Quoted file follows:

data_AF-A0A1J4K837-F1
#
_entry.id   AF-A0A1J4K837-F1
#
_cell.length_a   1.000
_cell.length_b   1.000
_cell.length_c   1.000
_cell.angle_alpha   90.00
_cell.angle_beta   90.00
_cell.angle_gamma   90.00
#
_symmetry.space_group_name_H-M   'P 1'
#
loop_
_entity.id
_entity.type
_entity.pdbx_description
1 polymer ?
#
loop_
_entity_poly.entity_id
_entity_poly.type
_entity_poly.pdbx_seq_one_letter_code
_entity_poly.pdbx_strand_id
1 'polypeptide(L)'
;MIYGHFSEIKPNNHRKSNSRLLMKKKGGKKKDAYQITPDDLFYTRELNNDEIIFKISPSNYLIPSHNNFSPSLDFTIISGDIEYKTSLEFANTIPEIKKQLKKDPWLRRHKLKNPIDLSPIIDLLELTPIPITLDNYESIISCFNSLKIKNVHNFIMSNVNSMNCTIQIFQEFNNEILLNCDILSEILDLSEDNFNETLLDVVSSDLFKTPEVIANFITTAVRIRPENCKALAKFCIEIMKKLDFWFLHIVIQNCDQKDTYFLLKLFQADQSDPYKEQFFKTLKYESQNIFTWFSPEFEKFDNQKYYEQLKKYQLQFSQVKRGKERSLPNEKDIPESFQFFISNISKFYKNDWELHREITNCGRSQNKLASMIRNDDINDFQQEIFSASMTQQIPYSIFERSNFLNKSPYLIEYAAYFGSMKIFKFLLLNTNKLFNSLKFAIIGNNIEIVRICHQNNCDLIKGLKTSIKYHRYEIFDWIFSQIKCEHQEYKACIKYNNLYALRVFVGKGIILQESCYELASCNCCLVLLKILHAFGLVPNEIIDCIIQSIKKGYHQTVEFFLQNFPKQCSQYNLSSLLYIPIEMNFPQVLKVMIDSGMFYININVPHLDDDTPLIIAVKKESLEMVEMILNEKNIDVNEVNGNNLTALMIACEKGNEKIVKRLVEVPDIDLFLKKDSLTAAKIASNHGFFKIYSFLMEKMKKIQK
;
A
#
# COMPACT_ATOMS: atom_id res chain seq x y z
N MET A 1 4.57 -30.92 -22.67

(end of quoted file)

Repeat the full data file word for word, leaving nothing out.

data_AF-A0A1J4K837-F1
#
_entry.id   AF-A0A1J4K837-F1
#
_cell.length_a   1.000
_cell.length_b   1.000
_cell.length_c   1.000
_cell.angle_alpha   90.00
_cell.angle_beta   90.00
_cell.angle_gamma   90.00
#
_symmetry.space_group_name_H-M   'P 1'
#
loop_
_entity.id
_entity.type
_entity.pdbx_description
1 polymer ?
#
loop_
_entity_poly.entity_id
_entity_poly.type
_entity_poly.pdbx_seq_one_letter_code
_entity_poly.pdbx_strand_id
1 'polypeptide(L)'
;MIYGHFSEIKPNNHRKSNSRLLMKKKGGKKKDAYQITPDDLFYTRELNNDEIIFKISPSNYLIPSHNNFSPSLDFTIISGDIEYKTSLEFANTIPEIKKQLKKDPWLRRHKLKNPIDLSPIIDLLELTPIPITLDNYESIISCFNSLKIKNVHNFIMSNVNSMNCTIQIFQEFNNEILLNCDILSEILDLSEDNFNETLLDVVSSDLFKTPEVIANFITTAVRIRPENCKALAKFCIEIMKKLDFWFLHIVIQNCDQKDTYFLLKLFQADQSDPYKEQFFKTLKYESQNIFTWFSPEFEKFDNQKYYEQLKKYQLQFSQVKRGKERSLPNEKDIPESFQFFISNISKFYKNDWELHREITNCGRSQNKLASMIRNDDINDFQQEIFSASMTQQIPYSIFERSNFLNKSPYLIEYAAYFGSMKIFKFLLLNTNKLFNSLKFAIIGNNIEIVRICHQNNCDLIKGLKTSIKYHRYEIFDWIFSQIKCEHQEYKACIKYNNLYALRVFVGKGIILQESCYELASCNCCLVLLKILHAFGLVPNEIIDCIIQSIKKGYHQTVEFFLQNFPKQCSQYNLSSLLYIPIEMNFPQVLKVMIDSGMFYININVPHLDDDTPLIIAVKKESLEMVEMILNEKNIDVNEVNGNNLTALMIACEKGNEKIVKRLVEVPDIDLFLKKDSLTAAKIASNHGFFKIYSFLMEKMKKIQK
;
A
#
# COMPACT_ATOMS: atom_id res chain seq x y z
N MET A 1 4.57 -30.92 -22.67